Bernie Sanders speaks in the Mission — but doesn’t endorse Reform Slate for DCCC
By Tim Redmond : 48hills – excerpt
How will the popular senator bring the movement forward if he doesn’t become the nominee?
Bernie Sanders visited the Mission District today on the eve of the California primary, and called for his supporters to remake the Democratic Party from the bottom up and take it away from the big donors. But he stopped short of endorsing the slate of candidates for the local Democratic Party Central Committee that is trying to do just that.
Many of the members of the Reform Slate were on hand when Sanders came to the City College Mission campus for a relatively small rally that preceded a much larger event at Crissy Field. This was mostly a GOTV event, designed to encourage people to walk precincts and get last-minute voters to the polls.
If turnout tomorrow is heavy, he said, “we win.” If it’s really strong, “we win big.” But if turnout is relatively modest, Hillary Clinton wins.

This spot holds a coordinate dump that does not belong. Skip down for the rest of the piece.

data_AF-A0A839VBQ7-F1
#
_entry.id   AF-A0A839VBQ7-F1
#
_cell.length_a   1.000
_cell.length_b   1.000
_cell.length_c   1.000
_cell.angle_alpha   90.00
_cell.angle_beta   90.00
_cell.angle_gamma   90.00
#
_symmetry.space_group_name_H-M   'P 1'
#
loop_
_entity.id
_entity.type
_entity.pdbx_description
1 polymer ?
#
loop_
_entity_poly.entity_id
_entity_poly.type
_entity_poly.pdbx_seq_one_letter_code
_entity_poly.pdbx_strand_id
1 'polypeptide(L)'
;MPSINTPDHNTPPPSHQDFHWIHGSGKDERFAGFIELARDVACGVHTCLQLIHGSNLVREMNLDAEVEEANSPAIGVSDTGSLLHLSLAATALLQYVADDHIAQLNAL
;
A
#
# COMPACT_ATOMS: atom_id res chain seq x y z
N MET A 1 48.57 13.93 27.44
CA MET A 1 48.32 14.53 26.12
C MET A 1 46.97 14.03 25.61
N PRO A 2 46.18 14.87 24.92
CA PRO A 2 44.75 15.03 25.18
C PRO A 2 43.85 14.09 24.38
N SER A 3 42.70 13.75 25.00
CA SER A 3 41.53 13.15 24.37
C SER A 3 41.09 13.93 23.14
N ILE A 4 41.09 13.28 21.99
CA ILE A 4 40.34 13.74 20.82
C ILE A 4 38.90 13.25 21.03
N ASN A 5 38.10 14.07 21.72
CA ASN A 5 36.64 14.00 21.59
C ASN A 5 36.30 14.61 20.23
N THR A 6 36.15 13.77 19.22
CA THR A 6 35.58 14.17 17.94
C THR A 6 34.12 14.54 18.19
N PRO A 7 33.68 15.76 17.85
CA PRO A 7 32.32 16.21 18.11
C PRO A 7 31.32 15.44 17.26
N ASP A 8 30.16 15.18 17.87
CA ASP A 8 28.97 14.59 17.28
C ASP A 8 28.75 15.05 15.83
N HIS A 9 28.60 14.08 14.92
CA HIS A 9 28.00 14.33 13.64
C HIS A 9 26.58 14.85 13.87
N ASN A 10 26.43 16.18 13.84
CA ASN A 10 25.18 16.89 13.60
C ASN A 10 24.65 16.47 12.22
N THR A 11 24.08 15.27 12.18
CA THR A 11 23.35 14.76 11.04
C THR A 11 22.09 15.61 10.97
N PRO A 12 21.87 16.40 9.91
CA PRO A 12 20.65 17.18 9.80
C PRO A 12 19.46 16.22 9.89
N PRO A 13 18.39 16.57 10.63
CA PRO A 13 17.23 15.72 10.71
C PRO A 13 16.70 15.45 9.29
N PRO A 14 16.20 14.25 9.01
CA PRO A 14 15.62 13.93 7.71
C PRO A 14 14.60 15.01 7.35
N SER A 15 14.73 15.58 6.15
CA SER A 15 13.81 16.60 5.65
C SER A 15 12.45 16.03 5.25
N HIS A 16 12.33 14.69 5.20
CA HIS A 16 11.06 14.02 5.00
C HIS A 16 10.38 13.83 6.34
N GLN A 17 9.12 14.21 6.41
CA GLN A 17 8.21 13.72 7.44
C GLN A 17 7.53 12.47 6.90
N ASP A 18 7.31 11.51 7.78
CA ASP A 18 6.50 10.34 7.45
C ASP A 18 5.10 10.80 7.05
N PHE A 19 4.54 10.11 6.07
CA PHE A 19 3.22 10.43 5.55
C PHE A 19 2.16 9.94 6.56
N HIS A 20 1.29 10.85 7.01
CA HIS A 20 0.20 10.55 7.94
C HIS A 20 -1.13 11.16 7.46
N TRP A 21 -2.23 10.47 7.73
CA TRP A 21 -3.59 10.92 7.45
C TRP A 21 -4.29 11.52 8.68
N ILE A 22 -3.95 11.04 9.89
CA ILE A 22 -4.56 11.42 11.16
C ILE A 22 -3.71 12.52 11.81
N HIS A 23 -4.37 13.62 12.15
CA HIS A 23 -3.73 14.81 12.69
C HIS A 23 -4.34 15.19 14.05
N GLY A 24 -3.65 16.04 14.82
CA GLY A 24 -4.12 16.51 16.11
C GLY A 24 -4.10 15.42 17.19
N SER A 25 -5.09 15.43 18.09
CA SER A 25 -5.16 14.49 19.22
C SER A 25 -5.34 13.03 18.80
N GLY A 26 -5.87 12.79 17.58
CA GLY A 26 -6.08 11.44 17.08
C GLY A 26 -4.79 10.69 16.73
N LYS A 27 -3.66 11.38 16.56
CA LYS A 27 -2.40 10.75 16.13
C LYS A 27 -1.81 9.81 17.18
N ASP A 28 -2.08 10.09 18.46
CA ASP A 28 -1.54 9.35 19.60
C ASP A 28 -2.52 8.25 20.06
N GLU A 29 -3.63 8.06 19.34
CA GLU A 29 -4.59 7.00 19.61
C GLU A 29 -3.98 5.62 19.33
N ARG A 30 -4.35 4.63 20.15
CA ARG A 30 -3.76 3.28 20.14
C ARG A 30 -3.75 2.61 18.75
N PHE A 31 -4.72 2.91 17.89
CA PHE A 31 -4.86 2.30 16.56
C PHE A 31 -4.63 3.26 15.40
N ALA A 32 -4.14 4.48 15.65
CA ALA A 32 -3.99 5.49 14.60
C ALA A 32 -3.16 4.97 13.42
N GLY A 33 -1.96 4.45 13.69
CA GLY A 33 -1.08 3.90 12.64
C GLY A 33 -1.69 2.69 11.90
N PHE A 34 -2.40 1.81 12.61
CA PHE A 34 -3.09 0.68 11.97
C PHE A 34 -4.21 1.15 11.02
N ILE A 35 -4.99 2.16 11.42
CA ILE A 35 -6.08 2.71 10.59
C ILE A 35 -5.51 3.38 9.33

Sanders made his usual (inspiring) stump speech, said that it was “too late for establishment politics and economics,” noted that there’s been a huge surge in voter registration in this state, and urged supporters to work for “the largest turnout in Democratic Party history.”
The crowd cheered back as Sanders spoke about radical ideas, “I want everybody to understand this if you go out and knock on the door and somebody says these are crazy ideas, they are radical ideas, extremist ideas tell them ‘no.’ Every idea, here (or virtually everyone) has the support of the majority of the people of this country,” he said “You know want to hear a radical extremist idea? it’s giving tax breaks to billionaires when we have massive income and wealth inequality. A radical and extremist idea are insulting Mexicans, latinos, Muslims and African Americans.” Then he asked, “how to we open the Democratic Party to young people and working people?”
One way, of course, is to start with Democratic Party organization at the local level. It’s no secret that the San Francisco party is run by the real-estate industry and Big Tech, which is spending more than a million dollars to keep control… (more)